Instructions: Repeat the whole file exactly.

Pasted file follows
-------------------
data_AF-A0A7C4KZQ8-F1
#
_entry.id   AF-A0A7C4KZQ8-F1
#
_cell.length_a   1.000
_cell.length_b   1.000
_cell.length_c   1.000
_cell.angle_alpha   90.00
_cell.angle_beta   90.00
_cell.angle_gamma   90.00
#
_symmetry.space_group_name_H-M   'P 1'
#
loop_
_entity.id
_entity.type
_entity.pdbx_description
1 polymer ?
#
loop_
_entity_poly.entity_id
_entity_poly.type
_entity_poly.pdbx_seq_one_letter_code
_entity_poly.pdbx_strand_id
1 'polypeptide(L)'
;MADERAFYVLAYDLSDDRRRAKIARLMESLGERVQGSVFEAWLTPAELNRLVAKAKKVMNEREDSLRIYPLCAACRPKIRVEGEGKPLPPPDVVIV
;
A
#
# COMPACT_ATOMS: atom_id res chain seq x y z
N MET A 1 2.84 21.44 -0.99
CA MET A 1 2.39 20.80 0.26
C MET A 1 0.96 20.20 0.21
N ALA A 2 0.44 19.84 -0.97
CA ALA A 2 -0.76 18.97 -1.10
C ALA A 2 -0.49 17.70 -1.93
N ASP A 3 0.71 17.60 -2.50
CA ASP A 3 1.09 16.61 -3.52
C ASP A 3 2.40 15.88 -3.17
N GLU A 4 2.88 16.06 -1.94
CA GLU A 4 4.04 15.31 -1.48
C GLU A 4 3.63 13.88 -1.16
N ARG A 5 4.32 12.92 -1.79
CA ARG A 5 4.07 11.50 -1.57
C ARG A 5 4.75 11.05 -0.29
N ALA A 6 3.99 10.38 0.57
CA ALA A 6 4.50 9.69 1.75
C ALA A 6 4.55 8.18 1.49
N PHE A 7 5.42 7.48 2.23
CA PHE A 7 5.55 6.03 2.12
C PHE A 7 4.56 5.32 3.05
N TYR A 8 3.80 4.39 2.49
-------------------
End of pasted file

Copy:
data_AF-A0A7C4KZQ8-F1
#
_entry.id   AF-A0A7C4KZQ8-F1
#
_cell.length_a   1.000
_cell.length_b   1.000
_cell.length_c   1.000
_cell.angle_alpha   90.00
_cell.angle_beta   90.00
_cell.angle_gamma   90.00
#
_symmetry.space_group_name_H-M   'P 1'
#
loop_
_entity.id
_entity.type
_entity.pdbx_description
1 polymer ?
#
loop_
_entity_poly.entity_id
_entity_poly.type
_entity_poly.pdbx_seq_one_letter_code
_entity_poly.pdbx_strand_id
1 'polypeptide(L)'
;MADERAFYVLAYDLSDDRRRAKIARLMESLGERVQGSVFEAWLTPAELNRLVAKAKKVMNEREDSLRIYPLCAACRPKIRVEGEGKPLPPPDVVIV
;
A
#
# COMPACT_ATOMS: atom_id res chain seq x y z
N MET A 1 2.84 21.44 -0.99
CA MET A 1 2.39 20.80 0.26
C MET A 1 0.96 20.20 0.21
N ALA A 2 0.44 19.84 -0.97
CA ALA A 2 -0.76 18.97 -1.10
C ALA A 2 -0.49 17.70 -1.93
N ASP A 3 0.71 17.60 -2.50
CA ASP A 3 1.09 16.61 -3.52
C ASP A 3 2.40 15.88 -3.17
N GLU A 4 2.88 16.06 -1.94
CA GLU A 4 4.04 15.31 -1.48
C GLU A 4 3.63 13.88 -1.16
N ARG A 5 4.32 12.92 -1.79
CA ARG A 5 4.07 11.50 -1.57
C ARG A 5 4.75 11.05 -0.29
N ALA A 6 3.99 10.38 0.57
CA ALA A 6 4.50 9.69 1.75
C ALA A 6 4.55 8.18 1.49
N PHE A 7 5.42 7.48 2.23
CA PHE A 7 5.55 6.03 2.12
C PHE A 7 4.56 5.32 3.05
N TYR A 8 3.80 4.39 2.49